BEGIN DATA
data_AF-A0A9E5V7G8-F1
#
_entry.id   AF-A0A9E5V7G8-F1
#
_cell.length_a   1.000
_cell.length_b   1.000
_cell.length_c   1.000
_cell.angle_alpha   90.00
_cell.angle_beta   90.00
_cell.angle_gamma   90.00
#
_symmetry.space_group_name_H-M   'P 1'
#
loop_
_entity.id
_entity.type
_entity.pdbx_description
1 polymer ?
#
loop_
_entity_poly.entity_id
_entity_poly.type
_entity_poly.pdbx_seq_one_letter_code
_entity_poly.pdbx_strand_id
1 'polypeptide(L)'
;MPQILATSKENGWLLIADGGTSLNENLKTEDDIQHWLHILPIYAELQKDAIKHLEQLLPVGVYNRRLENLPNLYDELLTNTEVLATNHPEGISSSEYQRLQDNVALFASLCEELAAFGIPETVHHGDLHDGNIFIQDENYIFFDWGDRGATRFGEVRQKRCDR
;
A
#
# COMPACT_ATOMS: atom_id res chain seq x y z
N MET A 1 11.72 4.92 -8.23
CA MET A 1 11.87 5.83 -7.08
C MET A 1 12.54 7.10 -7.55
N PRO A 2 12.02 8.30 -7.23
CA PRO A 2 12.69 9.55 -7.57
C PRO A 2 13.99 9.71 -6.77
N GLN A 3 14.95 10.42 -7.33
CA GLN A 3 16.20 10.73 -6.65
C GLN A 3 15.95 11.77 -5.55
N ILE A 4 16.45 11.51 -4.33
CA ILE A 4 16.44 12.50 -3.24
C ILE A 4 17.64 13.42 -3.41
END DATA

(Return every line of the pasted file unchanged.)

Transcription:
data_AF-A0A9E5V7G8-F1
#
_entry.id   AF-A0A9E5V7G8-F1
#
_cell.length_a   1.000
_cell.length_b   1.000
_cell.length_c   1.000
_cell.angle_alpha   90.00
_cell.angle_beta   90.00
_cell.angle_gamma   90.00
#
_symmetry.space_group_name_H-M   'P 1'
#
loop_
_entity.id
_entity.type
_entity.pdbx_description
1 polymer ?
#
loop_
_entity_poly.entity_id
_entity_poly.type
_entity_poly.pdbx_seq_one_letter_code
_entity_poly.pdbx_strand_id
1 'polypeptide(L)'
;MPQILATSKENGWLLIADGGTSLNENLKTEDDIQHWLHILPIYAELQKDAIKHLEQLLPVGVYNRRLENLPNLYDELLTNTEVLATNHPEGISSSEYQRLQDNVALFASLCEELAAFGIPETVHHGDLHDGNIFIQDENYIFFDWGDRGATRFGEVRQKRCDR
;
A
#
# COMPACT_ATOMS: atom_id res chain seq x y z
N MET A 1 11.72 4.92 -8.23
CA MET A 1 11.87 5.83 -7.08
C MET A 1 12.54 7.10 -7.55
N PRO A 2 12.02 8.30 -7.23
CA PRO A 2 12.69 9.55 -7.57
C PRO A 2 13.99 9.71 -6.77
N GLN A 3 14.95 10.42 -7.33
CA GLN A 3 16.20 10.73 -6.65
C GLN A 3 15.95 11.77 -5.55
N ILE A 4 16.45 11.51 -4.33
CA ILE A 4 16.44 12.50 -3.24
C ILE A 4 17.64 13.42 -3.41